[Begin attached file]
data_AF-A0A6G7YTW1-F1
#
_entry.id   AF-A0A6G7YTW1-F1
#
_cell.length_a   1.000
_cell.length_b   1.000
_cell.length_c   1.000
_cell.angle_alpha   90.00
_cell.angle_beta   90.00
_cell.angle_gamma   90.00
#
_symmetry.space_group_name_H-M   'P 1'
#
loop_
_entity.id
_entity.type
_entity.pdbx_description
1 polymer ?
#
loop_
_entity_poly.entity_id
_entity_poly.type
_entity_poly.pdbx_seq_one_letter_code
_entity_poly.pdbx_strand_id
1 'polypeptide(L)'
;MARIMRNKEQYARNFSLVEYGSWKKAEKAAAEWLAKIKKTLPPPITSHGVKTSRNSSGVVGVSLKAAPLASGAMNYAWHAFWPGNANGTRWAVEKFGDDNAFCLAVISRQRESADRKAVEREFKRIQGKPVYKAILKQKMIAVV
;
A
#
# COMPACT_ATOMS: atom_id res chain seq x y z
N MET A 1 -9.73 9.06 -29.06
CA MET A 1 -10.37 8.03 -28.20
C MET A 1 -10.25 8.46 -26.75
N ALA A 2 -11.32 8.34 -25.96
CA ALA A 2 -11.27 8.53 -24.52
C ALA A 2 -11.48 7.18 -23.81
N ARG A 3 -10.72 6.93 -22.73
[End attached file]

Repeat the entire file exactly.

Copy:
data_AF-A0A6G7YTW1-F1
#
_entry.id   AF-A0A6G7YTW1-F1
#
_cell.length_a   1.000
_cell.length_b   1.000
_cell.length_c   1.000
_cell.angle_alpha   90.00
_cell.angle_beta   90.00
_cell.angle_gamma   90.00
#
_symmetry.space_group_name_H-M   'P 1'
#
loop_
_entity.id
_entity.type
_entity.pdbx_description
1 polymer ?
#
loop_
_entity_poly.entity_id
_entity_poly.type
_entity_poly.pdbx_seq_one_letter_code
_entity_poly.pdbx_strand_id
1 'polypeptide(L)'
;MARIMRNKEQYARNFSLVEYGSWKKAEKAAAEWLAKIKKTLPPPITSHGVKTSRNSSGVVGVSLKAAPLASGAMNYAWHAFWPGNANGTRWAVEKFGDDNAFCLAVISRQRESADRKAVEREFKRIQGKPVYKAILKQKMIAVV
;
A
#
# COMPACT_ATOMS: atom_id res chain seq x y z
N MET A 1 -9.73 9.06 -29.06
CA MET A 1 -10.37 8.03 -28.20
C MET A 1 -10.25 8.46 -26.75
N ALA A 2 -11.32 8.34 -25.96
CA ALA A 2 -11.27 8.53 -24.52
C ALA A 2 -11.48 7.18 -23.81
N ARG A 3 -10.72 6.93 -22.73